Trump of course is not fazed by this he is a nationalist I think it is fair to say that most American Presidents are nationalists but they are simultaneously internationalists that’s what’s different about Trump he sees not a complimentary between nationalism and internationalism but a choice but a substitute stance. When he announced America’s withdrawal from the Paris Climate Accord he said that he was elected to represent the people of Pittsburgh not the people of Paris. Well sure fair enough but past American Presidents have felt that they could represent the interests of the people of Pittsburgh by engaging with the people of Paris and with others but not Trump.

In the post-war era American alliances are sarcosine. Trump can take them or leave them – NATOs obsolete, the Japanese and South Koreans they’re rich enough to defend themselves why are will still defending them, ok even a more benign version of this of course is burden sharing. Trump doesn’t really seem to believe in relationships he believes in deals, alliances are about relationships that are mutual gain give or take, he sees foreign policy in terms of zero sum deals when somebody wins and somebody loses.

If you had to sum it up this world view you could think of it this way. In 1988 Madeline Albright, Secretary of State, said the United States was the worlds indispensable nation and I think the international reaction to that was very predictable – another arrogant American Statesman about its role in the world but a reassuring one. Arrogant yes but it is good to know that after the Cold War you still see yourself playing that role.   Trump doesn’t see the United States as an indispensable nation he sees it as an aggrieved nation, a nation which has been taken advantage of, that’s been weakened by its interactions around the world. That is a very, very different position for the United States to perceive itself.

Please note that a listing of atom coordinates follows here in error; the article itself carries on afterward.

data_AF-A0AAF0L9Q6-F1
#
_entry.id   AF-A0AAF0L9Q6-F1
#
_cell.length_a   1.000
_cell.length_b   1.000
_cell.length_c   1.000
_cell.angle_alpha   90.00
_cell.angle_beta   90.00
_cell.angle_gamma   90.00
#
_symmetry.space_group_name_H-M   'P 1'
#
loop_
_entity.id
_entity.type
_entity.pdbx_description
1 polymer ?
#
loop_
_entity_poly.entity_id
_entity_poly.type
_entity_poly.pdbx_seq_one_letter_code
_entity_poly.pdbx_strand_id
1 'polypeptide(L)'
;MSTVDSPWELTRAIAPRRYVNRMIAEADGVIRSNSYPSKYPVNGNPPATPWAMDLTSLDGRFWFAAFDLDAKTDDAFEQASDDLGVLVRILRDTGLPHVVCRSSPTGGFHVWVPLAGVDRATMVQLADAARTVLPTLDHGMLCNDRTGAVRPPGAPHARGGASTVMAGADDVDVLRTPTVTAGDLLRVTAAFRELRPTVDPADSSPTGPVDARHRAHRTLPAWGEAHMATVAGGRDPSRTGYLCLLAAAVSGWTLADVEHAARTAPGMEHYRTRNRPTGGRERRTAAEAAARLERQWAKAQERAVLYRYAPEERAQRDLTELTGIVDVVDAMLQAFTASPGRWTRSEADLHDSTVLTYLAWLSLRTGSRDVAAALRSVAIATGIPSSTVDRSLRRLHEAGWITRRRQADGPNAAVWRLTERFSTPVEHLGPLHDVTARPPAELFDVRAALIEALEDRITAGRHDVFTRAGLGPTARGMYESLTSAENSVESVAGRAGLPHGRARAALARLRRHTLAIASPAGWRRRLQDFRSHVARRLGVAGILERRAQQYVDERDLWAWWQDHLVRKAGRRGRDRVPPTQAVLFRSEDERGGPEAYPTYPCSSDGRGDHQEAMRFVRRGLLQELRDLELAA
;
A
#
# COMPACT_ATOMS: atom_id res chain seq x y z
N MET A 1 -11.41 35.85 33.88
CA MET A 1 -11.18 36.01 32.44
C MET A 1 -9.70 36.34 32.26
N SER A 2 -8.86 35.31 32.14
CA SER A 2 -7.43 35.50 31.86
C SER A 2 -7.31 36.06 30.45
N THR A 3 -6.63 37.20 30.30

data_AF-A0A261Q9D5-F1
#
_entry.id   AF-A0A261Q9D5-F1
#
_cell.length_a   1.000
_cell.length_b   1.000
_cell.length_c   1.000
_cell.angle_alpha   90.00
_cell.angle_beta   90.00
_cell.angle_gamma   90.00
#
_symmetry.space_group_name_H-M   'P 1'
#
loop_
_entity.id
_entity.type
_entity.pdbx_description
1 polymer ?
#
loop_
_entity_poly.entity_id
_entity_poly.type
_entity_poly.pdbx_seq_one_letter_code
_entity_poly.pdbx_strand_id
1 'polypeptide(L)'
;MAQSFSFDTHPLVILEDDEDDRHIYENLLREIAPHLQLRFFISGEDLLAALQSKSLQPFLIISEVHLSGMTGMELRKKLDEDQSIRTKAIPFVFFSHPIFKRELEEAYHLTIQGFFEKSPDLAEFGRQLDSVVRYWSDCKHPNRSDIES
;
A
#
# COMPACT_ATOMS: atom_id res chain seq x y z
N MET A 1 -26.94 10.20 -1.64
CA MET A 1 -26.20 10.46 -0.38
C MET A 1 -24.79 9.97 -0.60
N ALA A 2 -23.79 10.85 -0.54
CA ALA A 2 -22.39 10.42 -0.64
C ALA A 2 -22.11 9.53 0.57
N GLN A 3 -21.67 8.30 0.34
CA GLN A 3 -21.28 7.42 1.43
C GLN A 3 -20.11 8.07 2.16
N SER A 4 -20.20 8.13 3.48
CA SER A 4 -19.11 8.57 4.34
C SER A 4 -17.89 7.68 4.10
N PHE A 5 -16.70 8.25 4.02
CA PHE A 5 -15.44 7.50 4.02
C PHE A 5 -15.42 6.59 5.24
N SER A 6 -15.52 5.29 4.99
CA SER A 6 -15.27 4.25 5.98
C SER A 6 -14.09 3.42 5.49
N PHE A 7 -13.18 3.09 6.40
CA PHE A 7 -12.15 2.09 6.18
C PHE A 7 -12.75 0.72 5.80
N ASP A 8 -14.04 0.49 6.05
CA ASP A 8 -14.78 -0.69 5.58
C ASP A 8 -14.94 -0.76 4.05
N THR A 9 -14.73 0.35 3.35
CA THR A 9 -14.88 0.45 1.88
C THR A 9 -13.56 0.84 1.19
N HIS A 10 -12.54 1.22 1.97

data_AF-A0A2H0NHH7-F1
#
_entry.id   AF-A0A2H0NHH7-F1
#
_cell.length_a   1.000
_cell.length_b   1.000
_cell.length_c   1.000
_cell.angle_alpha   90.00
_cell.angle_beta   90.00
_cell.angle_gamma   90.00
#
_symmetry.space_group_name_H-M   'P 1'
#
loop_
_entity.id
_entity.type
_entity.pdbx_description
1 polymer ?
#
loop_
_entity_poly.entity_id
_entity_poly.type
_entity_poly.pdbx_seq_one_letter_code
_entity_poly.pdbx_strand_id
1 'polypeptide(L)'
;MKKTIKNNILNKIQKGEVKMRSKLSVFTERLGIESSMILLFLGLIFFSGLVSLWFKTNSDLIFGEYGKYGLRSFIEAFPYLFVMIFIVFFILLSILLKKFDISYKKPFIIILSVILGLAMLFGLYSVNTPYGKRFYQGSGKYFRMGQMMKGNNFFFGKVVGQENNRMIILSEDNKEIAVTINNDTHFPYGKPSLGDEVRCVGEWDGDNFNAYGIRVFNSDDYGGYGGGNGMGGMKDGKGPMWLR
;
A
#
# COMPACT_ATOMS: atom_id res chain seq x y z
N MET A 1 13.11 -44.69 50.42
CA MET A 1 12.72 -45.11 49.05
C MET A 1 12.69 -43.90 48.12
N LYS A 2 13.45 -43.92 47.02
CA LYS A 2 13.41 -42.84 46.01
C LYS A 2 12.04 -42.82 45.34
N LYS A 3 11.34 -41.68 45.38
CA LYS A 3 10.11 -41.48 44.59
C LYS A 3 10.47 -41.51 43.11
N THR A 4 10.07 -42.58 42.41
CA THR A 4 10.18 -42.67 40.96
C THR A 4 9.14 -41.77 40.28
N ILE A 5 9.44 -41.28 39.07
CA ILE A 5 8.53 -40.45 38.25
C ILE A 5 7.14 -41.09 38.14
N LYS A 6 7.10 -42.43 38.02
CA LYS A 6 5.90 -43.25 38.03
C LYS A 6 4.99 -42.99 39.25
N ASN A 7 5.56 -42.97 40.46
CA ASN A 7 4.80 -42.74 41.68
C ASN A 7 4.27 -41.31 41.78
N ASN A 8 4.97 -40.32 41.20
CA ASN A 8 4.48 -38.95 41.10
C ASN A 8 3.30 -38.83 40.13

Now where does this world view come from? Well a lot of liberal internationalists would say out of nowhere. Trump is an aberration he’s a one off he just doesn’t fit in the tradition at all. Well if the tradition is the post war liberalisation tradition then they may be right but let’s be honest about it there are other American traditions and American political flaw didn’t begin in 1950 or 45. Trump fits within a long standing American tradition which I think people generally like to call Jacksonian after Americas sixth President Andrew Jackson. Although he might not self-consciously articulate this his world views and his instincts line up very much with Jacksonian thinking.

Jacksonians are populists, this is a billionaire one who speaks on behalf of you know the forgotten people in the United States. Their anti-elitists, anti-government, he talks about draining the swamp in Washington ok and their very tribal. There is something about this frontier mentality that came out of the United States, an us versus them kind of mentality and Trump very strongly has that – Americas borders need to be protected from people who are invading and intruding on us and even within the United States this is interesting to, sub-tribes right an explicit champion of the white working class. So this is again Jacksonian in conception thinking about the world not as a broader community or a diverse community but in terms of in and out, those who are on the inside and those who are on the outside.

Jacksonian foreign policy is about economic nationalism, a suspicion of trade someone is taking advantage of us in its modern variant is about defence of sovereignty, others trying to take your sovereignty you got some Jacksonians on the other side of the Atlantic as well and of course it is a ferocity in war fighting. Jacksonians believe don’t tread on me leave us alone but if you provoke then we will fight with a ferocity so you surrender unconditionally. It is a very kind of Jacksonian way of thinking.